The house looked out over a bay studded with islands; farther out were more islands and the open sea. An immensely long building, raised on an old and massive foundation, its eastern wing barely half furnished, the western inhabited by Harald Kaas, who lived his curious life here.
These wings were connected by two covered galleries, one above the other, with stairs at each end.
Curiously enough, these galleries did not face the sea, that is, the south, but the fields and woods to the north. The portion of the house between the two wings was a neutral territory—namely, a large dining-room with a ballroom above it, neither of which was used in later years.
Harald Kaas’s suite of rooms was distinguished from without by a mighty elk’s head with its enormous antlers, which was set up over the gallery.
In the gallery itself were heads of bear, wolf, fox and lynx, with stuffed birds from land and sea. Skins and guns hung on the walls of the anteroom, the inner rooms were also full of skins and impregnated with the smell of wild animals and tobacco-smoke. Harald himself called it “Man-smell;” no one who had once put his nose inside could ever forget it.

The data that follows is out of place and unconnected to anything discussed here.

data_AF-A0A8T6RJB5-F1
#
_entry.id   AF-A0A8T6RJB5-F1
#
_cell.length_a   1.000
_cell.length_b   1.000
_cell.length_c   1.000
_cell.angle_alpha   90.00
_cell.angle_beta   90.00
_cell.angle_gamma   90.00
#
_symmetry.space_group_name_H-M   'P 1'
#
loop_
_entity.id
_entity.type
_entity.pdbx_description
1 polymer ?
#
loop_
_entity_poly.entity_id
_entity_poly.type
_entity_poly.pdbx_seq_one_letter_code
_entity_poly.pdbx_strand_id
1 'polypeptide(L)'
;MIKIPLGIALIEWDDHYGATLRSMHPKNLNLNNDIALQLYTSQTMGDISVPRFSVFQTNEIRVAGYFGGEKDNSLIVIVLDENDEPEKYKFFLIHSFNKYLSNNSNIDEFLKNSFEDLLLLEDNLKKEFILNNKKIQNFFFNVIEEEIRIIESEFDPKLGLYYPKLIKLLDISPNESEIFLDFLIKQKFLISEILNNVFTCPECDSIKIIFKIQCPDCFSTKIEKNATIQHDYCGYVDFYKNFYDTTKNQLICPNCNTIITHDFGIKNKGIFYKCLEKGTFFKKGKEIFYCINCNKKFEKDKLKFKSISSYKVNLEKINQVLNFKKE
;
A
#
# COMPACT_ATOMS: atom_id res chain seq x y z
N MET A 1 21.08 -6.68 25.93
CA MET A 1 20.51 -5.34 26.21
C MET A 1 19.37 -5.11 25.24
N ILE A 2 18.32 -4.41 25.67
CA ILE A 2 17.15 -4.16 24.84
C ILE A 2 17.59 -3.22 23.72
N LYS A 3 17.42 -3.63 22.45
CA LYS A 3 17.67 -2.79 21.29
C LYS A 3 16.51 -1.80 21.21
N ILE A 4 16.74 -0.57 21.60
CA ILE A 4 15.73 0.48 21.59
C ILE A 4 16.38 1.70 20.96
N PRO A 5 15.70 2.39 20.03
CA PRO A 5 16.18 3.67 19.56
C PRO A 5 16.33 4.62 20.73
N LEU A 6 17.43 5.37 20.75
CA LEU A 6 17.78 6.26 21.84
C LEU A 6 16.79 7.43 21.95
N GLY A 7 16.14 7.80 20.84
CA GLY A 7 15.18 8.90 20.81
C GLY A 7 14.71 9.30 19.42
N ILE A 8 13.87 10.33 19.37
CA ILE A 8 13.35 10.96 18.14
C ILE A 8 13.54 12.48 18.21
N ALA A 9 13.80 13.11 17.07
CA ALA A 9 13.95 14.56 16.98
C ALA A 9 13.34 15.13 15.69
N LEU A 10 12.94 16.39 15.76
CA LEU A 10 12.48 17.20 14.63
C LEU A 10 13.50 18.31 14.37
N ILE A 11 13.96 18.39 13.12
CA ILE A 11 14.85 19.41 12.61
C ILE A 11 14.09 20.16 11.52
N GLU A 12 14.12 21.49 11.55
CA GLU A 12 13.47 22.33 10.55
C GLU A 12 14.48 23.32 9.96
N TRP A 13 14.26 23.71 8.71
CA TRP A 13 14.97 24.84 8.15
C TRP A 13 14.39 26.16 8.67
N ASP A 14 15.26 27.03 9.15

Valuable and beautiful skins hung on the walls and covered the floors; his very bed was nothing else; Harald Kaas lay, and sat, and walked on skins, and each one of them was a welcome subject of conversation, for he had shot and flayed every single animal himself. To be sure, there were those who hinted that most of the skins had been bought from Brand and Company, of Bergen, and that only the stories were shot and flayed at home.
I for my part think that this was an exaggeration; but be that as it may, the effect was equally thrilling when Harald Kaas, seated in his log chair by the fireside, his feet on the bearskin, opened his shirt to show us the scars on his hairy chest (and what scars they were!) which had been made by the bear’s teeth, when he had driven his knife, right up to the haft, into the monster’s heart. All the queer tankards, and cupboards, and carved chairs listened with their wonted impassiveness.
Harald Kaas was sixty, when, in the month of July, he sailed into the bay accompanied by four ladies whom he had brought from the steamer—an elderly lady and three young ones, all related to him. They were to stay with him until August.
They occupied the upper storey. From it they could hear him walking about and grunting below them. They began to feel a little nervous. Indeed, three of them had had serious misgivings about accepting the invitation; and these misgivings were not diminished when, next morning, they saw Kaas composedly strolling up from the sea stark naked!